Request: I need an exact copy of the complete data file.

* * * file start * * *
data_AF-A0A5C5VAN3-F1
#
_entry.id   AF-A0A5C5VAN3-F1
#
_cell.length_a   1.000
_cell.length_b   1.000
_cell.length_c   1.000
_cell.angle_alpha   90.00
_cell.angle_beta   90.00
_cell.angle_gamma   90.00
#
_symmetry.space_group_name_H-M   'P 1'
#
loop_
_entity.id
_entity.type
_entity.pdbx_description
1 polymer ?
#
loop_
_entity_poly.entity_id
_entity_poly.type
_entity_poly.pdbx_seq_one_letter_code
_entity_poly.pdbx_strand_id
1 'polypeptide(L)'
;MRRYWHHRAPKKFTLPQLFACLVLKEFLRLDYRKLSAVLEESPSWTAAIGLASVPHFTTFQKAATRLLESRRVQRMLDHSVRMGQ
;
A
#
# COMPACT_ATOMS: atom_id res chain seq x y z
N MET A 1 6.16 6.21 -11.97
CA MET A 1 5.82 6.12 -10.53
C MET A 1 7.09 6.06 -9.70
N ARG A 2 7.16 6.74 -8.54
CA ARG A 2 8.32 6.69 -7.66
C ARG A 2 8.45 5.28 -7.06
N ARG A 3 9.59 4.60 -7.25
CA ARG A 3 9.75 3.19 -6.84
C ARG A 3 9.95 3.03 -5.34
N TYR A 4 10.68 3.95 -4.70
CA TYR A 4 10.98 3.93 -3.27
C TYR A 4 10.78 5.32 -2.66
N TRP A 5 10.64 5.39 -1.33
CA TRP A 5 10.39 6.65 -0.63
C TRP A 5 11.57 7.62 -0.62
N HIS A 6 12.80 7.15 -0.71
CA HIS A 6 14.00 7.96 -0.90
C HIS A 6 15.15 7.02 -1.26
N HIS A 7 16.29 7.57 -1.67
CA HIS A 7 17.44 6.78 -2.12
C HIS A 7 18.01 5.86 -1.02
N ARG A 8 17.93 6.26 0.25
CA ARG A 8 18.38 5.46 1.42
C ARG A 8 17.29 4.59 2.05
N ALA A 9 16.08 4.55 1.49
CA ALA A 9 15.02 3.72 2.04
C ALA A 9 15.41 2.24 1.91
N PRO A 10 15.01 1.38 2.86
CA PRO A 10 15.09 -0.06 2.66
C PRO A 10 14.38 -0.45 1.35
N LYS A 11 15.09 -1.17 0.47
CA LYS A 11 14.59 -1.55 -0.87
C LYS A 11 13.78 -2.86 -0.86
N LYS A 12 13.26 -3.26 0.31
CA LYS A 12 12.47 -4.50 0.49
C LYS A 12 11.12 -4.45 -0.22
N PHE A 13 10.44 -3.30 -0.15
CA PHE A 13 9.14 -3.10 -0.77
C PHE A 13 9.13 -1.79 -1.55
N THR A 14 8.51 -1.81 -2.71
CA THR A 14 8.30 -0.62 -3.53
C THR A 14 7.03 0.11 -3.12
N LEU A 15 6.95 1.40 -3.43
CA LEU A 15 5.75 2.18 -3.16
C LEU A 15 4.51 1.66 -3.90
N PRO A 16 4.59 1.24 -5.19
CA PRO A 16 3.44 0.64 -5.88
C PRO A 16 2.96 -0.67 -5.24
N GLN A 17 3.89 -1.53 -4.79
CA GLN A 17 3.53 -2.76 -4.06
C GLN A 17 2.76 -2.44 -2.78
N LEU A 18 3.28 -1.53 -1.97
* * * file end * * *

data_AF-A0A5C5VAN3-F1
#
_entry.id   AF-A0A5C5VAN3-F1
#
_cell.length_a   1.000
_cell.length_b   1.000
_cell.length_c   1.000
_cell.angle_alpha   90.00
_cell.angle_beta   90.00
_cell.angle_gamma   90.00
#
_symmetry.space_group_name_H-M   'P 1'
#
loop_
_entity.id
_entity.type
_entity.pdbx_description
1 polymer ?
#
loop_
_entity_poly.entity_id
_entity_poly.type
_entity_poly.pdbx_seq_one_letter_code
_entity_poly.pdbx_strand_id
1 'polypeptide(L)'
;MRRYWHHRAPKKFTLPQLFACLVLKEFLRLDYRKLSAVLEESPSWTAAIGLASVPHFTTFQKAATRLLESRRVQRMLDHSVRMGQ
;
A
#
# COMPACT_ATOMS: atom_id res chain seq x y z
N MET A 1 6.16 6.21 -11.97
CA MET A 1 5.82 6.12 -10.53
C MET A 1 7.09 6.06 -9.70
N ARG A 2 7.16 6.74 -8.54
CA ARG A 2 8.32 6.69 -7.66
C ARG A 2 8.45 5.28 -7.06
N ARG A 3 9.59 4.60 -7.25
CA ARG A 3 9.75 3.19 -6.84
C ARG A 3 9.95 3.03 -5.34
N TYR A 4 10.68 3.95 -4.70
CA TYR A 4 10.98 3.93 -3.27
C TYR A 4 10.78 5.32 -2.66
N TRP A 5 10.64 5.39 -1.33
CA TRP A 5 10.39 6.65 -0.63
C TRP A 5 11.57 7.62 -0.62
N HIS A 6 12.80 7.15 -0.71
CA HIS A 6 14.00 7.96 -0.90
C HIS A 6 15.15 7.02 -1.26
N HIS A 7 16.29 7.57 -1.67
CA HIS A 7 17.44 6.78 -2.12
C HIS A 7 18.01 5.86 -1.02
N ARG A 8 17.93 6.26 0.25
CA ARG A 8 18.38 5.46 1.42
C ARG A 8 17.29 4.59 2.05
N ALA A 9 16.08 4.55 1.49
CA ALA A 9 15.02 3.72 2.04
C ALA A 9 15.41 2.24 1.91
N PRO A 10 15.01 1.38 2.86
CA PRO A 10 15.09 -0.06 2.66
C PRO A 10 14.38 -0.45 1.35
N LYS A 11 15.09 -1.17 0.47
CA LYS A 11 14.59 -1.55 -0.87
C LYS A 11 13.78 -2.86 -0.86
N LYS A 12 13.26 -3.26 0.31
CA LYS A 12 12.47 -4.50 0.49
C LYS A 12 11.12 -4.45 -0.22
N PHE A 13 10.44 -3.30 -0.15
CA PHE A 13 9.14 -3.10 -0.77
C PHE A 13 9.13 -1.79 -1.55
N THR A 14 8.51 -1.81 -2.71
CA THR A 14 8.30 -0.62 -3.53
C THR A 14 7.03 0.11 -3.12
N LEU A 15 6.95 1.40 -3.43
CA LEU A 15 5.75 2.18 -3.16
C LEU A 15 4.51 1.66 -3.90
N PRO A 16 4.59 1.24 -5.19
CA PRO A 16 3.44 0.64 -5.88
C PRO A 16 2.96 -0.67 -5.24
N GLN A 17 3.89 -1.53 -4.79
CA GLN A 17 3.53 -2.76 -4.06
C GLN A 17 2.76 -2.44 -2.78
N LEU A 18 3.28 -1.53 -1.97